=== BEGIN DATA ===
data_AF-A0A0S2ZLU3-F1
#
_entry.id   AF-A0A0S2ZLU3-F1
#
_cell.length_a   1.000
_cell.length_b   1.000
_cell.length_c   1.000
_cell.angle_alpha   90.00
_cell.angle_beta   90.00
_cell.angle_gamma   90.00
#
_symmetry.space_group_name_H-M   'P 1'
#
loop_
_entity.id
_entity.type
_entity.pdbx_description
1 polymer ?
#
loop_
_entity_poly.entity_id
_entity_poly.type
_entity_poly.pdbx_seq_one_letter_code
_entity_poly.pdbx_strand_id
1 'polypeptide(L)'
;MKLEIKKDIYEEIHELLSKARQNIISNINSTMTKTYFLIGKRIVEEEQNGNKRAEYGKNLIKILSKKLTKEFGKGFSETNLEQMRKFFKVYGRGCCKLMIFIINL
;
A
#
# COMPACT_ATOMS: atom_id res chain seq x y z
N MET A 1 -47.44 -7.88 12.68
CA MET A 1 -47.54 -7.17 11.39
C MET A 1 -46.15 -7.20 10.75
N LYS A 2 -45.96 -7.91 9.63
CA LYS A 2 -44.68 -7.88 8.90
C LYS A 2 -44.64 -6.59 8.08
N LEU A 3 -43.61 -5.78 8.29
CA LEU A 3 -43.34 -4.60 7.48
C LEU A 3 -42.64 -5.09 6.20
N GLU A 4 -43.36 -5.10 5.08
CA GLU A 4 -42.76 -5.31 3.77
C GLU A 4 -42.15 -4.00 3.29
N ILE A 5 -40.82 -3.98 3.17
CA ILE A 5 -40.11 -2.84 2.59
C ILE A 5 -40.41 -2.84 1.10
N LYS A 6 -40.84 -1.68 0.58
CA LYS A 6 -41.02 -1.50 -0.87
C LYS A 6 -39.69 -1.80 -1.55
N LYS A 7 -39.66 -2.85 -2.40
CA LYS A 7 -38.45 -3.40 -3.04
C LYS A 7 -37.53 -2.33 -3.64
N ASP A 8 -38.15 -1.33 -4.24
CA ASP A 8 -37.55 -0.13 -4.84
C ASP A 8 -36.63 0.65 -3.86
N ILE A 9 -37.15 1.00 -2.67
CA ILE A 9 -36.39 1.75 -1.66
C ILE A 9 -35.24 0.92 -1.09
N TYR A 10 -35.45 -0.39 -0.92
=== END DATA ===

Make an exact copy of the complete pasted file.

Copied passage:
data_AF-A0A0S2ZLU3-F1
#
_entry.id   AF-A0A0S2ZLU3-F1
#
_cell.length_a   1.000
_cell.length_b   1.000
_cell.length_c   1.000
_cell.angle_alpha   90.00
_cell.angle_beta   90.00
_cell.angle_gamma   90.00
#
_symmetry.space_group_name_H-M   'P 1'
#
loop_
_entity.id
_entity.type
_entity.pdbx_description
1 polymer ?
#
loop_
_entity_poly.entity_id
_entity_poly.type
_entity_poly.pdbx_seq_one_letter_code
_entity_poly.pdbx_strand_id
1 'polypeptide(L)'
;MKLEIKKDIYEEIHELLSKARQNIISNINSTMTKTYFLIGKRIVEEEQNGNKRAEYGKNLIKILSKKLTKEFGKGFSETNLEQMRKFFKVYGRGCCKLMIFIINL
;
A
#
# COMPACT_ATOMS: atom_id res chain seq x y z
N MET A 1 -47.44 -7.88 12.68
CA MET A 1 -47.54 -7.17 11.39
C MET A 1 -46.15 -7.20 10.75
N LYS A 2 -45.96 -7.91 9.63
CA LYS A 2 -44.68 -7.88 8.90
C LYS A 2 -44.64 -6.59 8.08
N LEU A 3 -43.61 -5.78 8.29
CA LEU A 3 -43.34 -4.60 7.48
C LEU A 3 -42.64 -5.09 6.20
N GLU A 4 -43.36 -5.10 5.08
CA GLU A 4 -42.76 -5.31 3.77
C GLU A 4 -42.15 -4.00 3.29
N ILE A 5 -40.82 -3.98 3.17
CA ILE A 5 -40.11 -2.84 2.59
C ILE A 5 -40.41 -2.84 1.10
N LYS A 6 -40.84 -1.68 0.58
CA LYS A 6 -41.02 -1.50 -0.87
C LYS A 6 -39.69 -1.80 -1.55
N LYS A 7 -39.66 -2.85 -2.40
CA LYS A 7 -38.45 -3.40 -3.04
C LYS A 7 -37.53 -2.33 -3.64
N ASP A 8 -38.15 -1.33 -4.24
CA ASP A 8 -37.55 -0.13 -4.84
C ASP A 8 -36.63 0.65 -3.86
N ILE A 9 -37.15 1.00 -2.67
CA ILE A 9 -36.39 1.75 -1.66
C ILE A 9 -35.24 0.92 -1.09
N TYR A 10 -35.45 -0.39 -0.92